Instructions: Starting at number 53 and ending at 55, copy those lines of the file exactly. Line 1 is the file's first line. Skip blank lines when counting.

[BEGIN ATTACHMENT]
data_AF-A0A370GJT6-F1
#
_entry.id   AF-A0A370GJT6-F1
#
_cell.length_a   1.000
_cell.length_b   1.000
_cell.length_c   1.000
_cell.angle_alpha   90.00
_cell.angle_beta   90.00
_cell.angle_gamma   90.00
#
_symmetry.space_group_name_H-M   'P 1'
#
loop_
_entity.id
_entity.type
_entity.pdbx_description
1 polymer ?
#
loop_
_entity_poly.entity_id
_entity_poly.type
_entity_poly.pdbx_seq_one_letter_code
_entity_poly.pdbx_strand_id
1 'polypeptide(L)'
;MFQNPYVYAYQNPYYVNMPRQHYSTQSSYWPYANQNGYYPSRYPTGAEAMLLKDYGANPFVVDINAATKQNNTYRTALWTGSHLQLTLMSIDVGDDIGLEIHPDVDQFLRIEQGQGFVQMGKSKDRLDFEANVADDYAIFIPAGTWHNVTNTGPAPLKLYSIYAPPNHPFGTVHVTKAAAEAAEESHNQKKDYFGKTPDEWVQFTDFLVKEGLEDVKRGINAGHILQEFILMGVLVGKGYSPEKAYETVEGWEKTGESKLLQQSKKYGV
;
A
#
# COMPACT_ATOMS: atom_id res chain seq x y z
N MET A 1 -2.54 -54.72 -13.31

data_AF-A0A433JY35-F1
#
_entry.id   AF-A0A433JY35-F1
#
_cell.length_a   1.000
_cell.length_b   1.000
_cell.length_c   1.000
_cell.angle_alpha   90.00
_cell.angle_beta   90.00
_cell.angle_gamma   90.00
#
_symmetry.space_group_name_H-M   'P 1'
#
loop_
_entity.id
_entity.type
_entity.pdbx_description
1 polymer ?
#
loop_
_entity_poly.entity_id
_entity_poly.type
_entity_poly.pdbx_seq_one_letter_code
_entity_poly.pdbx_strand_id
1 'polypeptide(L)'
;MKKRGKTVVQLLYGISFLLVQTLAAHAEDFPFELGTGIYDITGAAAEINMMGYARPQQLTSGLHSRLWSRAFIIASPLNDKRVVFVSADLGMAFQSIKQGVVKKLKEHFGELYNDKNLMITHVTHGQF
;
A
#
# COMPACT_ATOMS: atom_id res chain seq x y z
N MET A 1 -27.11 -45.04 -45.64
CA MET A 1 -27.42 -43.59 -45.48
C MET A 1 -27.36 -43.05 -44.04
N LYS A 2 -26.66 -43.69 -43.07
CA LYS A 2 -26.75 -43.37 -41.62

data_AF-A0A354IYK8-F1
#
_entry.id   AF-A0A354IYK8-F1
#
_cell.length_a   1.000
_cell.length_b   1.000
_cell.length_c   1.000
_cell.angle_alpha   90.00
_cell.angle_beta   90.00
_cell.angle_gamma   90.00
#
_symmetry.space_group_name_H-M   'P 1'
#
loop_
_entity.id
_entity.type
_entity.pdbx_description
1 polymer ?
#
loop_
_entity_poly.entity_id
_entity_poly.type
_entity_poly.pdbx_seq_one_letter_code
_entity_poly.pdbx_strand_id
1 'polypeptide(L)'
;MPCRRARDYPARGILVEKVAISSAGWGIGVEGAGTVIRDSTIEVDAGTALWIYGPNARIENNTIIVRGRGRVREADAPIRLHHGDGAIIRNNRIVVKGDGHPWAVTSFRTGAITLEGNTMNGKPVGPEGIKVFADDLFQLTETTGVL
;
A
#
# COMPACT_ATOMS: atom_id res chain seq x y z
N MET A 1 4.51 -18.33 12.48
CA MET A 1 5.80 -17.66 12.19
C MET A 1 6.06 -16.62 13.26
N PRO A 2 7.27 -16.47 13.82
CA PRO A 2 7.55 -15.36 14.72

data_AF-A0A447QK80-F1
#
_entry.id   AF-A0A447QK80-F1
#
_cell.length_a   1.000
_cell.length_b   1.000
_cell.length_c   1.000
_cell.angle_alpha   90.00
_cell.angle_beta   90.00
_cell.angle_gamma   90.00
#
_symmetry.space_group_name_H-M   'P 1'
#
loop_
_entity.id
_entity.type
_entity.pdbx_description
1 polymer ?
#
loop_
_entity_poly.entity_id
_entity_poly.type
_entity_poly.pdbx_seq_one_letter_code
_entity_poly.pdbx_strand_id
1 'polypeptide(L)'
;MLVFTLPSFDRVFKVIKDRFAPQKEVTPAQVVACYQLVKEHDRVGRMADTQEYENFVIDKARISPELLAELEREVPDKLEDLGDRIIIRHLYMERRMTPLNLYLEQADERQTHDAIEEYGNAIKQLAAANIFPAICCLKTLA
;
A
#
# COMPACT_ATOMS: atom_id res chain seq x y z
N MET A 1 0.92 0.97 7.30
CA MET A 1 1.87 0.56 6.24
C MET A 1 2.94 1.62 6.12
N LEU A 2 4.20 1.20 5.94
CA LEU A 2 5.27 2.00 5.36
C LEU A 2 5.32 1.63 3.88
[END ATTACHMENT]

_entity_poly.type
_entity_poly.pdbx_seq_one_letter_code
_entity_poly.pdbx_strand_id